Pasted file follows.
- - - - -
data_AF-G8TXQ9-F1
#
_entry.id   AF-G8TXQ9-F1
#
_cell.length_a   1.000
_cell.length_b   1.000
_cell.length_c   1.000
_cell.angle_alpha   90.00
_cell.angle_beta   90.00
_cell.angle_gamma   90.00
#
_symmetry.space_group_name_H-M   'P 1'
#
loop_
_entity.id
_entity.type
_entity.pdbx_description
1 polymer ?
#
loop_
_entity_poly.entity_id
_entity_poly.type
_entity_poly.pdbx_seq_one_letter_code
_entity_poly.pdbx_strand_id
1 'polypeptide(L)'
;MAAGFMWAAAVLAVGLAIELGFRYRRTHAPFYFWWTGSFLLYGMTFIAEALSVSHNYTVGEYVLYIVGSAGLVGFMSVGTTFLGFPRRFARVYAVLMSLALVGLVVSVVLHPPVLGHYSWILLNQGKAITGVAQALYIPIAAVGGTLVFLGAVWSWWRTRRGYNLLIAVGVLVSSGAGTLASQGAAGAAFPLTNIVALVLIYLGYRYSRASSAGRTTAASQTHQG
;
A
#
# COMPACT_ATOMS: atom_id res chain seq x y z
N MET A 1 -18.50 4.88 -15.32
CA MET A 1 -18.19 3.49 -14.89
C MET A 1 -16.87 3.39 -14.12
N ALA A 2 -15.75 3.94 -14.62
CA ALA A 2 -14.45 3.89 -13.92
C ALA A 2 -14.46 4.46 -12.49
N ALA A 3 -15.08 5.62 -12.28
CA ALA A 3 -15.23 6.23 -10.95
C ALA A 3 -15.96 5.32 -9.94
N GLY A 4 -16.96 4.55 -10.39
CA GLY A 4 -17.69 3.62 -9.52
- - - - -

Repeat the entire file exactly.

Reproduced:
data_AF-G8TXQ9-F1
#
_entry.id   AF-G8TXQ9-F1
#
_cell.length_a   1.000
_cell.length_b   1.000
_cell.length_c   1.000
_cell.angle_alpha   90.00
_cell.angle_beta   90.00
_cell.angle_gamma   90.00
#
_symmetry.space_group_name_H-M   'P 1'
#
loop_
_entity.id
_entity.type
_entity.pdbx_description
1 polymer ?
#
loop_
_entity_poly.entity_id
_entity_poly.type
_entity_poly.pdbx_seq_one_letter_code
_entity_poly.pdbx_strand_id
1 'polypeptide(L)'
;MAAGFMWAAAVLAVGLAIELGFRYRRTHAPFYFWWTGSFLLYGMTFIAEALSVSHNYTVGEYVLYIVGSAGLVGFMSVGTTFLGFPRRFARVYAVLMSLALVGLVVSVVLHPPVLGHYSWILLNQGKAITGVAQALYIPIAAVGGTLVFLGAVWSWWRTRRGYNLLIAVGVLVSSGAGTLASQGAAGAAFPLTNIVALVLIYLGYRYSRASSAGRTTAASQTHQG
;
A
#
# COMPACT_ATOMS: atom_id res chain seq x y z
N MET A 1 -18.50 4.88 -15.32
CA MET A 1 -18.19 3.49 -14.89
C MET A 1 -16.87 3.39 -14.12
N ALA A 2 -15.75 3.94 -14.62
CA ALA A 2 -14.45 3.89 -13.92
C ALA A 2 -14.46 4.46 -12.49
N ALA A 3 -15.08 5.62 -12.28
CA ALA A 3 -15.23 6.23 -10.95
C ALA A 3 -15.96 5.32 -9.94
N GLY A 4 -16.96 4.55 -10.39
CA GLY A 4 -17.69 3.62 -9.52